Australian Security and Intelligence Conference

Document Type

Conference Proceeding


Security Research Centre, School of Computer and Security Science, Edith Cowan University

Place of Publication

Perth, Western Australia


David Michael Cook


Coole, M., & Brooks, D. J. (2009). Security Decay: An entropic approach to definition and understanding. In D. M. Cook (Ed.)., Proceedings of the 2nd Australian Security and Intelligence Conference, Kings Hotel, Perth, Western Australia, 1-3 December, 2009. (pp. 19-27).


This article discusses the affect decay has within a systems approach used when implementing security strategies, in particular, the theory of defence in depth. Defence in depth is implemented within a risk management framework to reduce an organisation’s identified risks, which could lead to undesirable and unacceptable consequences. Defence in depth aims to link layered security elements into a system to ensure a holistic and functional security system, underpinned by the functions of; deter, detect, delay, response and recovery. For such a system to be commissioned and maintain its commissioning effectiveness, these functions must be performed in their sequential order and within a period of time, which is less than an adversary’s attack time.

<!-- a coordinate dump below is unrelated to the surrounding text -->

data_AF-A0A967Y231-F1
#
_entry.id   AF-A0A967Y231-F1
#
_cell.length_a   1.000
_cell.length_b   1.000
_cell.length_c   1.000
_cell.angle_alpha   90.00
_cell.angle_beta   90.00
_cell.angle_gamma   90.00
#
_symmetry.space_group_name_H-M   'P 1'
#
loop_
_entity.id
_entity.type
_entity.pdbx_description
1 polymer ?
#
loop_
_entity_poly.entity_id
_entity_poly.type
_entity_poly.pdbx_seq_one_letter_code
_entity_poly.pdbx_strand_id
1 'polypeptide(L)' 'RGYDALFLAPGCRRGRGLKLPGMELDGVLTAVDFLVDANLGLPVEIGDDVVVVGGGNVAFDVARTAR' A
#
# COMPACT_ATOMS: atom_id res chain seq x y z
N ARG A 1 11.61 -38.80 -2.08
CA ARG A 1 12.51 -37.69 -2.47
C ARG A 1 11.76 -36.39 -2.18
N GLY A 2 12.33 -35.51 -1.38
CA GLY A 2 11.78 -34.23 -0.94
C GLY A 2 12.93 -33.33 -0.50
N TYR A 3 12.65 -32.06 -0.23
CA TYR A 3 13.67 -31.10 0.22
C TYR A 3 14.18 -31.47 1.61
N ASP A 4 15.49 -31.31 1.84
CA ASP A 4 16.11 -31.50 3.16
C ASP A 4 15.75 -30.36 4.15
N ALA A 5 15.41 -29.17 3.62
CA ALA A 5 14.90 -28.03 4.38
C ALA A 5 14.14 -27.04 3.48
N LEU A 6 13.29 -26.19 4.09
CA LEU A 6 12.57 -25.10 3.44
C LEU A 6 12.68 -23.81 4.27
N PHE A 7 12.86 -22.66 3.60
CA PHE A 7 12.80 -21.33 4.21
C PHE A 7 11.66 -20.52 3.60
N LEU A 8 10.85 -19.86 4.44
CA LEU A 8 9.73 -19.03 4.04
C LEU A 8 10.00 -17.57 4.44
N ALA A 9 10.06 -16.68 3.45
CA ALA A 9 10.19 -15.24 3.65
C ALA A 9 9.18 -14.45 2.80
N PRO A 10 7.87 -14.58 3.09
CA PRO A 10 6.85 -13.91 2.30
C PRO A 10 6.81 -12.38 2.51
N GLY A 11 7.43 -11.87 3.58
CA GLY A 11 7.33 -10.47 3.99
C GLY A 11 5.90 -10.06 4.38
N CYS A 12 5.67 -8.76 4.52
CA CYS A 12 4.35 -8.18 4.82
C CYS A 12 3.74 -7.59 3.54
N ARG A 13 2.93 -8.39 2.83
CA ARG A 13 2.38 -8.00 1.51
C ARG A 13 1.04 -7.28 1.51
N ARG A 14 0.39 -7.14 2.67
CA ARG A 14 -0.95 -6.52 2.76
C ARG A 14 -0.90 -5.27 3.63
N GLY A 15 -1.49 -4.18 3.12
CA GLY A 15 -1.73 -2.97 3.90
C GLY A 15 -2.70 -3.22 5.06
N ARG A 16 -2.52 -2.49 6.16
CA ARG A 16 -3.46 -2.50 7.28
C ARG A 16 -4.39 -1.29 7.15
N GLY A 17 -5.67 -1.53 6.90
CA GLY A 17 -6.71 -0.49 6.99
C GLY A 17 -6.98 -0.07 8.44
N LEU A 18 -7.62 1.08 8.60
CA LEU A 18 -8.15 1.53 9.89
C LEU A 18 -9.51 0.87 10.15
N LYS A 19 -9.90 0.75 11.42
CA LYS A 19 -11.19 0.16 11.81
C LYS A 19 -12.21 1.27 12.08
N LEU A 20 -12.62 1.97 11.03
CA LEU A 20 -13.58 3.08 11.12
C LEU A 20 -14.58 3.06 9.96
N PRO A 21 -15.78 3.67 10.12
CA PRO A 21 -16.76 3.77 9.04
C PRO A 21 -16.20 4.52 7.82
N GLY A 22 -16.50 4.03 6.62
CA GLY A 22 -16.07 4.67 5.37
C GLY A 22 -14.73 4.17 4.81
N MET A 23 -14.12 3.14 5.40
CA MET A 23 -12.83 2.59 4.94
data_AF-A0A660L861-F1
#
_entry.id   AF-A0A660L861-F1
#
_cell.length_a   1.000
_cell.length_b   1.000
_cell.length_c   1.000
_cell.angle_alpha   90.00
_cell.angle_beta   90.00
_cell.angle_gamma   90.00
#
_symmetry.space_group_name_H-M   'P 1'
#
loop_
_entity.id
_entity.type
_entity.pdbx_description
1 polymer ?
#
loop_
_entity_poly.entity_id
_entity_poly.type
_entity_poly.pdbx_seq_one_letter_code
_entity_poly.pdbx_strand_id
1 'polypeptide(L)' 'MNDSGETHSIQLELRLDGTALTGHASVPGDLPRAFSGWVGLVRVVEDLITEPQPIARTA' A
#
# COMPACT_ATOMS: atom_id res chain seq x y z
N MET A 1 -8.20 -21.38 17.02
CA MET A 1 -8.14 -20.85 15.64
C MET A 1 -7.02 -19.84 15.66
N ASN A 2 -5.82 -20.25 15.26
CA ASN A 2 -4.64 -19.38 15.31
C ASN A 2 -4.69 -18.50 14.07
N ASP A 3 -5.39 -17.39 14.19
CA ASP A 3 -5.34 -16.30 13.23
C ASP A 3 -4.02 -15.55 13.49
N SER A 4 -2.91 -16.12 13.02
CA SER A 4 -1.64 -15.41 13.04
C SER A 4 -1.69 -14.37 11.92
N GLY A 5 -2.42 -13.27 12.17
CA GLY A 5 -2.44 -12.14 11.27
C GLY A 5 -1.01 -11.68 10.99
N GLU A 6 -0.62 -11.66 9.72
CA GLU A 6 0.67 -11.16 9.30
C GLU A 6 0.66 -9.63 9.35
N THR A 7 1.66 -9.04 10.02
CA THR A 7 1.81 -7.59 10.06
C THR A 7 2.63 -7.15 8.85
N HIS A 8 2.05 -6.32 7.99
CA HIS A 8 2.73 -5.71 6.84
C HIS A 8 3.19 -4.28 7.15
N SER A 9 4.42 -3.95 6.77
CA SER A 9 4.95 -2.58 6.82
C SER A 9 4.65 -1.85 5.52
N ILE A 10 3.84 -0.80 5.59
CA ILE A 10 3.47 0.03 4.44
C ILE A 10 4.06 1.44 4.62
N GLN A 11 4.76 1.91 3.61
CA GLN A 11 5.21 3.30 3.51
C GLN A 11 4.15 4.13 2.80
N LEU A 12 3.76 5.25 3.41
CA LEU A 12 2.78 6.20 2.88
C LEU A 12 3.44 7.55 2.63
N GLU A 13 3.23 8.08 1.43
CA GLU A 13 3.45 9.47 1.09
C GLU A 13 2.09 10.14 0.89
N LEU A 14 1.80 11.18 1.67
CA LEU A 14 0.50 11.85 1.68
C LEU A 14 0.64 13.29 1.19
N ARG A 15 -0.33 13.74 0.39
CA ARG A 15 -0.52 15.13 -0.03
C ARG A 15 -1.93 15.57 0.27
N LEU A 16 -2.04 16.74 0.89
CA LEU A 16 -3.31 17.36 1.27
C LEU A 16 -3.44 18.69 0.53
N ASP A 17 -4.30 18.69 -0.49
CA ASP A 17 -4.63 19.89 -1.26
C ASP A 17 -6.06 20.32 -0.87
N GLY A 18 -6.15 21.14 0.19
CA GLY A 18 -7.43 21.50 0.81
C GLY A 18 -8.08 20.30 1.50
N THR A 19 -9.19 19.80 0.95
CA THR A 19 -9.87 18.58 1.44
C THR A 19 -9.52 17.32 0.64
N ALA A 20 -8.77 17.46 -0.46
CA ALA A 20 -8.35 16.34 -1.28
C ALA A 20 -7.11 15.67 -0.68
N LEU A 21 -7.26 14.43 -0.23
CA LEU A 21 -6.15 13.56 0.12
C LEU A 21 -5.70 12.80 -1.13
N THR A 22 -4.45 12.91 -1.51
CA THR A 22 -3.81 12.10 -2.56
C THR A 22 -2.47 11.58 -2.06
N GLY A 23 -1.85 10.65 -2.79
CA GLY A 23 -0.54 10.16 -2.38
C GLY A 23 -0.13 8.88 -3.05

This paper argues that such a relationship between the defence in depth elements requires an orderly relationship and that factors which impede this orderliness, directly affects the security system as a whole. A method to understand such deterioration of orderliness is the concept of entropy, referred to as the steady degradation of a system. Underpinned by the characteristics of disorganisation and decay, a security system can become degraded through the reduction in effectiveness of its individual components. Such degradation reduces the effectiveness of the whole system, considered in this paper as entropic security decay. Within the risk management framework, it can be argued that as security decay increases, risk reduction decreases and therefore, risk exposure increases.